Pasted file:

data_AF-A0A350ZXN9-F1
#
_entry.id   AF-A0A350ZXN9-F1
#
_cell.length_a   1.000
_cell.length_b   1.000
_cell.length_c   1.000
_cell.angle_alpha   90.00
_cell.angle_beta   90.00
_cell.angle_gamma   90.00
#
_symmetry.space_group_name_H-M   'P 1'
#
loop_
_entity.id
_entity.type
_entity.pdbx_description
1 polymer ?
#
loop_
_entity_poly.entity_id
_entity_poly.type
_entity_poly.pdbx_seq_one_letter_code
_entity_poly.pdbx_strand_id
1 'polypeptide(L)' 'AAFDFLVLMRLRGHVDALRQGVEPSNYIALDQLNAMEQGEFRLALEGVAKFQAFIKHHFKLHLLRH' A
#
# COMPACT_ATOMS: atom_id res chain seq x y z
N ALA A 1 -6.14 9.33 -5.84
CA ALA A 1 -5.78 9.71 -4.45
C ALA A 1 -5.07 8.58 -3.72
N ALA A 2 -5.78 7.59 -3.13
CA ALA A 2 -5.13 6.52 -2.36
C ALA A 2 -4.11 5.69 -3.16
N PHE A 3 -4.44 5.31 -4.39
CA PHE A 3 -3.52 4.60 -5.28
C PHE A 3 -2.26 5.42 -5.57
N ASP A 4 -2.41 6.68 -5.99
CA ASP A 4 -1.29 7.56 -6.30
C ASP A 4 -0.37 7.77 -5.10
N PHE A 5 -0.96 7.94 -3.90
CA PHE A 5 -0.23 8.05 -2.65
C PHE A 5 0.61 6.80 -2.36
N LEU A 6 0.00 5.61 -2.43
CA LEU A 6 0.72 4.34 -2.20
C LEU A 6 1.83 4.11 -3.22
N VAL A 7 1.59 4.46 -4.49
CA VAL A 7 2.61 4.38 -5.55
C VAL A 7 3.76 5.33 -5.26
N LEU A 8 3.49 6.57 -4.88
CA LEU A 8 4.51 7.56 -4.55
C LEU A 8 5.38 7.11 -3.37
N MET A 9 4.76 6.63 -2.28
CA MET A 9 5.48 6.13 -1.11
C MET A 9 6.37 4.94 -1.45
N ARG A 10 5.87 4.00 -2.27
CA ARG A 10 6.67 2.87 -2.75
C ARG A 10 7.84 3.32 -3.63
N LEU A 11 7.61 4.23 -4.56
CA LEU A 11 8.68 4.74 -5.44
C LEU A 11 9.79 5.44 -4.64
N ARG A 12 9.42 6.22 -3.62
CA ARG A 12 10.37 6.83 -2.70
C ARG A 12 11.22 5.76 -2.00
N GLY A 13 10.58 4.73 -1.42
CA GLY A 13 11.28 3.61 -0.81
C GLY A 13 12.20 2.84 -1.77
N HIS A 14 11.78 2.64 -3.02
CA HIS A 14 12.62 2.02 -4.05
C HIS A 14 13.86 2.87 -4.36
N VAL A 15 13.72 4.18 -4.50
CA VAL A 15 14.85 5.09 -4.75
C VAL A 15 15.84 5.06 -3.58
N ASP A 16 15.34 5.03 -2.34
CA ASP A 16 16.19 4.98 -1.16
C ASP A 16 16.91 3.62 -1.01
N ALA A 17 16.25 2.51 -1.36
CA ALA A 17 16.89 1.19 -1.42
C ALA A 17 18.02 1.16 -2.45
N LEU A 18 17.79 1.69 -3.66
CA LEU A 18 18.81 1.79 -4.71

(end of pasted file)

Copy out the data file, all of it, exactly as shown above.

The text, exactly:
data_AF-A0A350ZXN9-F1
#
_entry.id   AF-A0A350ZXN9-F1
#
_cell.length_a   1.000
_cell.length_b   1.000
_cell.length_c   1.000
_cell.angle_alpha   90.00
_cell.angle_beta   90.00
_cell.angle_gamma   90.00
#
_symmetry.space_group_name_H-M   'P 1'
#
loop_
_entity.id
_entity.type
_entity.pdbx_description
1 polymer ?
#
loop_
_entity_poly.entity_id
_entity_poly.type
_entity_poly.pdbx_seq_one_letter_code
_entity_poly.pdbx_strand_id
1 'polypeptide(L)' 'AAFDFLVLMRLRGHVDALRQGVEPSNYIALDQLNAMEQGEFRLALEGVAKFQAFIKHHFKLHLLRH' A
#
# COMPACT_ATOMS: atom_id res chain seq x y z
N ALA A 1 -6.14 9.33 -5.84
CA ALA A 1 -5.78 9.71 -4.45
C ALA A 1 -5.07 8.58 -3.72
N ALA A 2 -5.78 7.59 -3.13
CA ALA A 2 -5.13 6.52 -2.36
C ALA A 2 -4.11 5.69 -3.16
N PHE A 3 -4.44 5.31 -4.39
CA PHE A 3 -3.52 4.60 -5.28
C PHE A 3 -2.26 5.42 -5.57
N ASP A 4 -2.41 6.68 -5.99
CA ASP A 4 -1.29 7.56 -6.30
C ASP A 4 -0.37 7.77 -5.10
N PHE A 5 -0.96 7.94 -3.90
CA PHE A 5 -0.23 8.05 -2.65
C PHE A 5 0.61 6.80 -2.36
N LEU A 6 0.00 5.61 -2.43
CA LEU A 6 0.72 4.34 -2.20
C LEU A 6 1.83 4.11 -3.22
N VAL A 7 1.59 4.46 -4.49
CA VAL A 7 2.61 4.38 -5.55
C VAL A 7 3.76 5.33 -5.26
N LEU A 8 3.49 6.57 -4.88
CA LEU A 8 4.51 7.56 -4.55
C LEU A 8 5.38 7.11 -3.37
N MET A 9 4.76 6.63 -2.28
CA MET A 9 5.48 6.13 -1.11
C MET A 9 6.37 4.94 -1.45
N ARG A 10 5.87 4.00 -2.27
CA ARG A 10 6.67 2.87 -2.75
C ARG A 10 7.84 3.32 -3.63
N LEU A 11 7.61 4.23 -4.56
CA LEU A 11 8.68 4.74 -5.44
C LEU A 11 9.79 5.44 -4.64
N ARG A 12 9.42 6.22 -3.62
CA ARG A 12 10.37 6.83 -2.70
C ARG A 12 11.22 5.76 -2.00
N GLY A 13 10.58 4.73 -1.42
CA GLY A 13 11.28 3.61 -0.81
C GLY A 13 12.20 2.84 -1.77
N HIS A 14 11.78 2.64 -3.02
CA HIS A 14 12.62 2.02 -4.05
C HIS A 14 13.86 2.87 -4.36
N VAL A 15 13.72 4.18 -4.50
CA VAL A 15 14.85 5.09 -4.75
C VAL A 15 15.84 5.06 -3.58
N ASP A 16 15.34 5.03 -2.34
CA ASP A 16 16.19 4.98 -1.16
C ASP A 16 16.91 3.62 -1.01
N ALA A 17 16.25 2.51 -1.36
CA ALA A 17 16.89 1.19 -1.42
C ALA A 17 18.02 1.16 -2.45
N LEU A 18 17.79 1.69 -3.66
CA LEU A 18 18.81 1.79 -4.71